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Knee Surgery, Sports Traumatology, Arthroscopy

, Volume 25, Issue 9, pp 2708–2714 | Cite as

Clinical outcome in MPFL reconstruction with and without tuberositas transposition

  • A. Mulliez
  • D. LambrechtEmail author
  • D. Verbruggen
  • C. Van Der Straeten
  • P. Verdonk
  • J. Victor
Knee

Abstract

Purpose

There are several surgical options for recurrent patella dislocations. As the reconstruction of the medial patellofemoral ligament (MPFL) has been proven to restore stability, it has become more accepted. Aim of this study was to investigate the clinical outcome after MPFL reconstruction as an isolated procedure or in association with a transposition of the tibial tubercle (in case of patella alta or an excessive TT–TG) in a large prospective cohort study. Additionally, the effect on patellar height was analysed radiographically using the Caton–Deschamps index.

Methods

In a large prospective cohort study of 129 knees in 124 patients (81 females, 48 males, mean age 22.8 ± 7.7 years), 91 knees received primary MPFL reconstruction (group 1) and 38 were a combination with a transposition of the tibial tubercle (group 2). The clinical follow-up was evaluated using KOOS and Kujala scores preoperatively and 1 year postoperatively. Patient satisfaction, complications and revision surgery were recorded.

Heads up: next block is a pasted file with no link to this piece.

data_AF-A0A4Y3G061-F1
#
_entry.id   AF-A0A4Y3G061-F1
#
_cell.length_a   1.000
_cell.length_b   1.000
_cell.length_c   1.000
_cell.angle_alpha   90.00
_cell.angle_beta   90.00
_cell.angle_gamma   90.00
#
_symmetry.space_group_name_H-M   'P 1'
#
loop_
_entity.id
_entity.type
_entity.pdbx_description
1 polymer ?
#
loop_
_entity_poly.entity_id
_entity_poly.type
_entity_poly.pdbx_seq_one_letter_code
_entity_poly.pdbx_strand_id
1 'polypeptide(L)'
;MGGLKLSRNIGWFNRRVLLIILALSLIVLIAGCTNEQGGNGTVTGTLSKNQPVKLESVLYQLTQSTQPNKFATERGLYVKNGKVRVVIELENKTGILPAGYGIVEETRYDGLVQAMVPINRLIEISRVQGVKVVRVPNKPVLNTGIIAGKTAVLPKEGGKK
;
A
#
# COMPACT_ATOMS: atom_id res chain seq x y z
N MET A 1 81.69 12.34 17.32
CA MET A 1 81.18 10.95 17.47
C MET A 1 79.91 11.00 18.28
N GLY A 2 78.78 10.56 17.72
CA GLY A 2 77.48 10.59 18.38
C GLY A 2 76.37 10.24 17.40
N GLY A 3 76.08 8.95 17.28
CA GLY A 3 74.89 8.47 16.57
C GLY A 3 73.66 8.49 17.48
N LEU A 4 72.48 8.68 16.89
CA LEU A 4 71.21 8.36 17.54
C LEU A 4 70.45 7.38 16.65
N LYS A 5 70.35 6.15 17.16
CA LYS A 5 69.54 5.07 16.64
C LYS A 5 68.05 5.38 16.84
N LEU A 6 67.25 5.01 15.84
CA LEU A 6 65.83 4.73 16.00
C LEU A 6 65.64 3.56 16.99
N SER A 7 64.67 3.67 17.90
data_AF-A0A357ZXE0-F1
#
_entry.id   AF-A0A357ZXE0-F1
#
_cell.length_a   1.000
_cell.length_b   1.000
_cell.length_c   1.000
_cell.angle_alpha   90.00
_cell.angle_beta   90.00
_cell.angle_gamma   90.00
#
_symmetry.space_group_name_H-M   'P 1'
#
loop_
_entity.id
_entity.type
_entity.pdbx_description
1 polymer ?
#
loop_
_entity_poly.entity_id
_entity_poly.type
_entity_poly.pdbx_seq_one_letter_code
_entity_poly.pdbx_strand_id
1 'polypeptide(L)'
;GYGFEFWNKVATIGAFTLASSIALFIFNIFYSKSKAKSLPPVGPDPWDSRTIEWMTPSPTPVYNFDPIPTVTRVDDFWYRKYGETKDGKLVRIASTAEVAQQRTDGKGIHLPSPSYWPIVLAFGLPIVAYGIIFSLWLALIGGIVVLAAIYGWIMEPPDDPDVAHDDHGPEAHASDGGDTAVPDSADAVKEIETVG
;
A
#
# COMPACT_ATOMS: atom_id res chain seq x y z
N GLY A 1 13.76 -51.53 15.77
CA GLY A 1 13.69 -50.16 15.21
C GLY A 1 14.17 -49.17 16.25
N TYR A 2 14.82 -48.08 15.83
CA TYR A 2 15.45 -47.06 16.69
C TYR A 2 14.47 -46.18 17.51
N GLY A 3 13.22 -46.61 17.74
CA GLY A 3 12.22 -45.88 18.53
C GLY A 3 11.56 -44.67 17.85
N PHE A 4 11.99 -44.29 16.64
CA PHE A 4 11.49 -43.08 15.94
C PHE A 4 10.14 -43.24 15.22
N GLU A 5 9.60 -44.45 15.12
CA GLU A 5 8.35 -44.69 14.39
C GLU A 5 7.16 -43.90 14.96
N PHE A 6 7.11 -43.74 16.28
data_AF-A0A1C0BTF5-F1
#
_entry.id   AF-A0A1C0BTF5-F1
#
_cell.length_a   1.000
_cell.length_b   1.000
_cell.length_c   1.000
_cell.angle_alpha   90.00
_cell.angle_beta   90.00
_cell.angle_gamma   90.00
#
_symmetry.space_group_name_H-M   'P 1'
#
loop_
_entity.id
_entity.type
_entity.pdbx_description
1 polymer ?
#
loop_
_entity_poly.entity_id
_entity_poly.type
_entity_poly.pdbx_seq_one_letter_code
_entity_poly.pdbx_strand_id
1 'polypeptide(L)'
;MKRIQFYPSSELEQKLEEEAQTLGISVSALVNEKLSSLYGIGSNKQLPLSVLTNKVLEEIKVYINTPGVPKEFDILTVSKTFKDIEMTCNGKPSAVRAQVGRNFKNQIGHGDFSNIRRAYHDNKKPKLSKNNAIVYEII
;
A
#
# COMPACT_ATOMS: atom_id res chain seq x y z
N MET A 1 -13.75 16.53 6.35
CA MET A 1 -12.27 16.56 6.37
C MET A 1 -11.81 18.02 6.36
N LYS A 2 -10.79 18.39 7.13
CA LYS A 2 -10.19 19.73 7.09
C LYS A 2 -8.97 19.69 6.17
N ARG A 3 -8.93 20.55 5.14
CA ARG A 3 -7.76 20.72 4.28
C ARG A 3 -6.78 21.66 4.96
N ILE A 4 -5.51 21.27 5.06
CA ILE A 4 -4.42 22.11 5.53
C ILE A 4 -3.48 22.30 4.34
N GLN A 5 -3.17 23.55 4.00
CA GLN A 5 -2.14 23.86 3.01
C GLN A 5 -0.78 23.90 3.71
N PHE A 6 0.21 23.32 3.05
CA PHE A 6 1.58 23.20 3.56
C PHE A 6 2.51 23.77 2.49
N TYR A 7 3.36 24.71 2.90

Results

Overall, Kujala improved significantly from 53.5 (SD 22.7) preoperatively to 74.7 (SD 20.5) postoperatively (p < 0.01). All KOOS subdomains improved significantly (p < 0.01). No significant difference for Kujala score between groups was noticed. Revision rate was (5/129) 3.9 %. Reconstruction was supplemented with a transfer of the tibial tuberosity in (38/129) 29.4 % of the cases and shows a comparable outcome.

Conclusion

MPFL reconstruction is a viable treatment option for episodic patellar dislocation. A concomitant tuberositas transposition is useful in selected patients.

Level of evidence

I.

Keywords

Medial patellofemoral ligament MPFL Patellar instability Tibial tuberosity transfer 

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Copyright information

© European Society of Sports Traumatology, Knee Surgery, Arthroscopy (ESSKA) 2015

Authors and Affiliations

  1. 1.Department of Orthopaedic Surgery and TraumatologyGhent University HospitalGhentBelgium
  2. 2.Department of Physiotherapy and Orthopaedic Surgery, Faculty of MedicineGhent UniversityGhentBelgium
  3. 3.Department of Orthopaedic SurgeryMonica HospitalsAntwerpBelgium

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